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I am a great fan of books. I am fascinated by the different styles of writing, the beauty of a world that does not exist, and the knowledge that is passed on. But above all, I love it when ideas make me open my mind: that expansion of consciousness that ties my neurons in knots and generates an orgasm in my mind, all at the same time.

I am one of those people who started reading a lot of books as a child. My parents didn't know what gamification was, but they gave me fictitious points for each new book I read. At the end of a period of time, I could exchange those points for a gift or a toy. In addition, two of my grandparents are writers, so there was never a shortage of books and influences.

I think Magic, Sociology, Science Fiction, and Personal Improvement were the four great moments of intensity – when I was 12, 19, 22, and 27 years old, respectively. As time passed, I ended up switching from paper to audio for most of my book consumption. Today, I practically only listen to books. I listen to them while commuting, running, doing dishes, at the gym, while waiting for something, and so on.

I'm still on the personal improvement wave, with increasing intensity, so I decided to share my perceptions of my readings with you. On this page, I will always update which book I am reading, along with a list of my latest literary experiences. The page is divided by topics, but the initial reading will always come first. If you liked any of the books, consider buying them through the links I provide, because that way you help Iglu stay strong!

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From time to time, a reading expands our awareness so much that it changes the way we deal with our day-to-day lives. This book provides such impactful evidence in favor of its breathing method that it was impossible not to apply it to my own life.

The idea here is that many of us do not breathe properly and that we should have a little more carbon dioxide in our blood than we usually do. Because we breathe too much through our mouths and not always through our nose, we inhale a lot of air, which causes our system to get used to a level of oxygenation much higher than it should. In a way, it becomes too relaxed, and as a result, we easily become short of breath.

In the book, the author presents very easy techniques to apply during the day to re-educate our body to a lower level of oxygenation, thus positively impacting various areas of health and sports performance.

The book “Our Final Invention” unfortunately has not yet been translated into Portuguese. However, if you speak English and are interested in the field of Artificial Intelligence, you will love it. James Barrat talks about the dangers of Artificial Intelligence and how it could lead to the end of the human era.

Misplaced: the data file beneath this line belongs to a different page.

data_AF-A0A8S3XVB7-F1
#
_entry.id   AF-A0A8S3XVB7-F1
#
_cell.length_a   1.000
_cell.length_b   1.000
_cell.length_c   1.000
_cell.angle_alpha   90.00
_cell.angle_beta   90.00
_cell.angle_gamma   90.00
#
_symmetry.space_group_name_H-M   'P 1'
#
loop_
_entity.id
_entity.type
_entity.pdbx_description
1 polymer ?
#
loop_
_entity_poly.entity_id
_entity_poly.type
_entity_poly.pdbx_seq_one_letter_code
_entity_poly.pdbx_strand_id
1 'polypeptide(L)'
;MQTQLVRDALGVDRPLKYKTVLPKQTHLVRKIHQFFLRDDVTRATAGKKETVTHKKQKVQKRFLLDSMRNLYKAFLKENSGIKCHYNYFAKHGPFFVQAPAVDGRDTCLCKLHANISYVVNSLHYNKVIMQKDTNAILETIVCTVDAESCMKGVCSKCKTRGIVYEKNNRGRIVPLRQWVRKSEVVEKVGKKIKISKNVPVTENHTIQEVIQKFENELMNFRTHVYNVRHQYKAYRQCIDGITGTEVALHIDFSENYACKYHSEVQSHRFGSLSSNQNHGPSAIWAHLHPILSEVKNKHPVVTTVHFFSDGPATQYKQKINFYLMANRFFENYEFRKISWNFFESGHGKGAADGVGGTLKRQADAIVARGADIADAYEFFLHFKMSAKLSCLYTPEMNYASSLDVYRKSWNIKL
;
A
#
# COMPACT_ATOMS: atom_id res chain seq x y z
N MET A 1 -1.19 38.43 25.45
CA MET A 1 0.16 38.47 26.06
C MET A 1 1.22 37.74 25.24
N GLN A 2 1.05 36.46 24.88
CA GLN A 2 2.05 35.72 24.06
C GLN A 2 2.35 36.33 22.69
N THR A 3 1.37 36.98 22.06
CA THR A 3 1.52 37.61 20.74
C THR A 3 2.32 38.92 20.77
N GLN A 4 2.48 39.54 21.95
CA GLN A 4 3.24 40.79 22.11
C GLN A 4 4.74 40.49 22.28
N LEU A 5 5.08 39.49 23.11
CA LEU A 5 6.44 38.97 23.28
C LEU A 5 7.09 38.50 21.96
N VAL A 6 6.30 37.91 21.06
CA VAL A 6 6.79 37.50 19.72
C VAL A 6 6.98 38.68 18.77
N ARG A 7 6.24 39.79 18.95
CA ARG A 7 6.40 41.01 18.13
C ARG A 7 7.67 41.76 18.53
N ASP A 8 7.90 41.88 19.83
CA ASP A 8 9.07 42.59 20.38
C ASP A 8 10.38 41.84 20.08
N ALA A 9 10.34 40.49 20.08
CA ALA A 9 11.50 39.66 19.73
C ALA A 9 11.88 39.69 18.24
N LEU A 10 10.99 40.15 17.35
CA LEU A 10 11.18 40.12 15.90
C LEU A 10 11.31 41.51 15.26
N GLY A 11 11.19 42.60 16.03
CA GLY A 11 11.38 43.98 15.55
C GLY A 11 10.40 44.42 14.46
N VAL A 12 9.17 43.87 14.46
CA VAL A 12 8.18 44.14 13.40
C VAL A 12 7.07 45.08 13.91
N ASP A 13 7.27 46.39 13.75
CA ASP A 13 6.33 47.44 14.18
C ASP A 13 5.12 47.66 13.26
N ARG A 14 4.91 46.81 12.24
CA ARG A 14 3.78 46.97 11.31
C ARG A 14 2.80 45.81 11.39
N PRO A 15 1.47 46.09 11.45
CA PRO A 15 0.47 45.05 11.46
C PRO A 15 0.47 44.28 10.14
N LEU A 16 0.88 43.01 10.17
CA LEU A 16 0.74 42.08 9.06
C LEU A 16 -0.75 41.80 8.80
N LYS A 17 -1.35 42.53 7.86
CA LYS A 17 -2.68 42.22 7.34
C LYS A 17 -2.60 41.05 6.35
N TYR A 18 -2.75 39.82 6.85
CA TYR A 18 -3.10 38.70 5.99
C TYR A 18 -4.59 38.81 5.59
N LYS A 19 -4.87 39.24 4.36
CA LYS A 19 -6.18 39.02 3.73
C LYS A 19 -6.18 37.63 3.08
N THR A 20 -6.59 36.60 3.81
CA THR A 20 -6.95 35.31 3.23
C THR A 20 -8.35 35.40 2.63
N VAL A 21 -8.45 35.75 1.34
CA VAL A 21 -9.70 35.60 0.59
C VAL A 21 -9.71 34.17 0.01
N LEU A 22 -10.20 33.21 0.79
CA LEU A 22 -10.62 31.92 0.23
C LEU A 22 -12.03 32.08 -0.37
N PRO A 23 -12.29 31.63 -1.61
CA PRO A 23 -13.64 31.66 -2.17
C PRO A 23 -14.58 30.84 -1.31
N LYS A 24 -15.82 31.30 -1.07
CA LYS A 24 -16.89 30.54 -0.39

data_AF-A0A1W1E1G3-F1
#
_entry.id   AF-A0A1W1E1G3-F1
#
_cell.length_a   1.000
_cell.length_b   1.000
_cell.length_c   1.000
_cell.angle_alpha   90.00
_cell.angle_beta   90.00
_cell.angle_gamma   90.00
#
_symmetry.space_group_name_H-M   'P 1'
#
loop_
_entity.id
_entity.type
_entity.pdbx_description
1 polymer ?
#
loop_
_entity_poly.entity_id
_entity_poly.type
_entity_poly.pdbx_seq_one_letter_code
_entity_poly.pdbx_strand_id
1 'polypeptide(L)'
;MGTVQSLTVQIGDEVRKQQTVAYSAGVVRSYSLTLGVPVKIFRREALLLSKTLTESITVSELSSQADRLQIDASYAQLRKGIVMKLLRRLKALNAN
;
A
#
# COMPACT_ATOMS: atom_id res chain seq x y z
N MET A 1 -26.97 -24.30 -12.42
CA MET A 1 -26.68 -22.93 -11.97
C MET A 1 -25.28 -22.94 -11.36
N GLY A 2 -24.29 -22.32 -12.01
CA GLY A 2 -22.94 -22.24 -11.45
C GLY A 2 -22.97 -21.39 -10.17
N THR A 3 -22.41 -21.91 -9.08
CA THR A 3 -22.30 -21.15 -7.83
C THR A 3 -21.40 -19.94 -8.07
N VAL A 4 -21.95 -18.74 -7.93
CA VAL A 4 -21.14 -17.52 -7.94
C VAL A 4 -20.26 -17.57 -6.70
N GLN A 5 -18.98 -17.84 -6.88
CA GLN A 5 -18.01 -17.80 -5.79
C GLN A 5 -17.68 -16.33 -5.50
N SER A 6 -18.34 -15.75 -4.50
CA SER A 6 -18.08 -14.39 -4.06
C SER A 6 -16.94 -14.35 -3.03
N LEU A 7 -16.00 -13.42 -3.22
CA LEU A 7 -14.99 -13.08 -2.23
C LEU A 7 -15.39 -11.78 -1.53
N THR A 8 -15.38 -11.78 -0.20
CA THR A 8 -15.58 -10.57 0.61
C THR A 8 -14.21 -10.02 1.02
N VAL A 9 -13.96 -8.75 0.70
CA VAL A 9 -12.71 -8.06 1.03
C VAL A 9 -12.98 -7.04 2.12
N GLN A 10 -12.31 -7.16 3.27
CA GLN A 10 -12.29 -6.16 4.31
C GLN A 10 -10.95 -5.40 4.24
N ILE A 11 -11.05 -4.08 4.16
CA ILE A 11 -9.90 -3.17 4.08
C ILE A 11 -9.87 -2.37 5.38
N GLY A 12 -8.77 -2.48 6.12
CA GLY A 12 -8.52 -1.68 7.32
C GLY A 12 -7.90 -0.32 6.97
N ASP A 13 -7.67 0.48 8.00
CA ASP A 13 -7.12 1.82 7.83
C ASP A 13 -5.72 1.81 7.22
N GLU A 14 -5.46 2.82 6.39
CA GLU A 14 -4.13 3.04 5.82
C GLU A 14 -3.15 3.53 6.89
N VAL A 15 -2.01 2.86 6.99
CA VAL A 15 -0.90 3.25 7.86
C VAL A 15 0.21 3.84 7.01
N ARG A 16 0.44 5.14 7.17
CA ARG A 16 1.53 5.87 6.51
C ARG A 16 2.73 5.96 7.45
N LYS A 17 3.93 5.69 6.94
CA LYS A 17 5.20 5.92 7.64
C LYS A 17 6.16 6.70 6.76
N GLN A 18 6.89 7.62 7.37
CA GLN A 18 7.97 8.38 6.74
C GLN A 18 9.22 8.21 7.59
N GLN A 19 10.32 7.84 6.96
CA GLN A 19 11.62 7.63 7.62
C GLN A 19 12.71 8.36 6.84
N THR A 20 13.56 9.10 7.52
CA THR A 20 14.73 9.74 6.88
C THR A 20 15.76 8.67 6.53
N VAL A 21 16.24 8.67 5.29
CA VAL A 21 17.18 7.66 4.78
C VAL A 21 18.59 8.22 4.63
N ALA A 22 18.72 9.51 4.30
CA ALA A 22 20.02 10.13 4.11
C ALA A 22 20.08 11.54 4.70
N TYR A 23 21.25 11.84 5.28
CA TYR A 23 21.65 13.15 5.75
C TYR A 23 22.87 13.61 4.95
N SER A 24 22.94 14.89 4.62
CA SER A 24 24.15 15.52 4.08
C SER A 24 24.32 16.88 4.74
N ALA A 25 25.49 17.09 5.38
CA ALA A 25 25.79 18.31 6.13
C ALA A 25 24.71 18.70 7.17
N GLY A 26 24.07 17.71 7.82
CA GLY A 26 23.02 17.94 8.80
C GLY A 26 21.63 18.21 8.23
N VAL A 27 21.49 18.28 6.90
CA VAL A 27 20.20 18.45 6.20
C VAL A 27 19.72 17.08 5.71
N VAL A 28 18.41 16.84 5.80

Although it may seem a bit exaggerated, he explains in great detail all aspects of what makes an AI truly intelligent and how it could surpass our cognitive ability in a very short time after it's created. One concept that I found particularly interesting, given my work as a programmer, is that of complex systems theory and how they fail.

There comes a point in any complex system where it's no longer possible to determine exactly what might cause a particular problem. The number of variables at play is so great that there are no longer any ways to organize solutions for these highly interconnected environments.

Intelligent systems are not only ultra-complex, but they are also systems that self-modify. So the result of a comma accidentally typed in could lead to hundreds of other much larger problems, including in the perception of this intelligence of us humans.

I think it is a fantastic read for those interested in this topic or looking to work in the programming and systems areas.

I came across this book as a great recommendation from entrepreneurs and influencers on Scribd's lists. Although I have studied the subject extensively with Fareed Zakaria's book, “The Post-American World,” I found the topic very interesting. The main idea of the author, Matt Ridley, is to explain through some socio-economic analysis that the world is getting better and better for us humans. People's average income is increasing, the availability of food is expanding, and we are finding cures and solutions for much of the diseases and problems. Based on this perception, we should be optimistic about our progress, and much of what we see today in the media is a malicious and focused exploration of the real situation in the world. I can relate this idea a bit with one of the premises of Mark Manson's book, “The Subtle Art of Not Giving a F*ck.” The three books mentioned here point to the mainstream media and social media as part of the problems. I suggest reading it to everyone who wants a slightly different view of what is passed on to us by the media.